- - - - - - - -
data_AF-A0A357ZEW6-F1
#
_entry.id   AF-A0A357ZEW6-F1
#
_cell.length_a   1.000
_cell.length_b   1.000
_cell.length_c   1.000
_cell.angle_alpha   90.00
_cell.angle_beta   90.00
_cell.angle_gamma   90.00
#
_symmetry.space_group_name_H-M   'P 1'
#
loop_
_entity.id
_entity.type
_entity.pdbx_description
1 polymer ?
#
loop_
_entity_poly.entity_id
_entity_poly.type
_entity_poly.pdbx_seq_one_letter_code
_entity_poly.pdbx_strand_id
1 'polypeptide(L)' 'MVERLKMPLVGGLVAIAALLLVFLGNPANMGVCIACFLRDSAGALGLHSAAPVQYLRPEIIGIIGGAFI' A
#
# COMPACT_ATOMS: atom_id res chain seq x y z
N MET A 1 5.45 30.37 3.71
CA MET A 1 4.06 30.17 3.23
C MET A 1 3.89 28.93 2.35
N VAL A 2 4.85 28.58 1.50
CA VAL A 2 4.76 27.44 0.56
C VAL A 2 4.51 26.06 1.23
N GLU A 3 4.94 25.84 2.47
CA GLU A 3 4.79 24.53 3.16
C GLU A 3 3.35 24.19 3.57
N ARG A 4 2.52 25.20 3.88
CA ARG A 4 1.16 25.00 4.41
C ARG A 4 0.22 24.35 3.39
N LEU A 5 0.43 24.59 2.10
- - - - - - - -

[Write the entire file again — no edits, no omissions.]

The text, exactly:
data_AF-A0A357ZEW6-F1
#
_entry.id   AF-A0A357ZEW6-F1
#
_cell.length_a   1.000
_cell.length_b   1.000
_cell.length_c   1.000
_cell.angle_alpha   90.00
_cell.angle_beta   90.00
_cell.angle_gamma   90.00
#
_symmetry.space_group_name_H-M   'P 1'
#
loop_
_entity.id
_entity.type
_entity.pdbx_description
1 polymer ?
#
loop_
_entity_poly.entity_id
_entity_poly.type
_entity_poly.pdbx_seq_one_letter_code
_entity_poly.pdbx_strand_id
1 'polypeptide(L)' 'MVERLKMPLVGGLVAIAALLLVFLGNPANMGVCIACFLRDSAGALGLHSAAPVQYLRPEIIGIIGGAFI' A
#
# COMPACT_ATOMS: atom_id res chain seq x y z
N MET A 1 5.45 30.37 3.71
CA MET A 1 4.06 30.17 3.23
C MET A 1 3.89 28.93 2.35
N VAL A 2 4.85 28.58 1.50
CA VAL A 2 4.76 27.44 0.56
C VAL A 2 4.51 26.06 1.23
N GLU A 3 4.94 25.84 2.47
CA GLU A 3 4.79 24.53 3.16
C GLU A 3 3.35 24.19 3.57
N ARG A 4 2.52 25.20 3.88
CA ARG A 4 1.16 25.00 4.41
C ARG A 4 0.22 24.35 3.39
N LEU A 5 0.43 24.59 2.10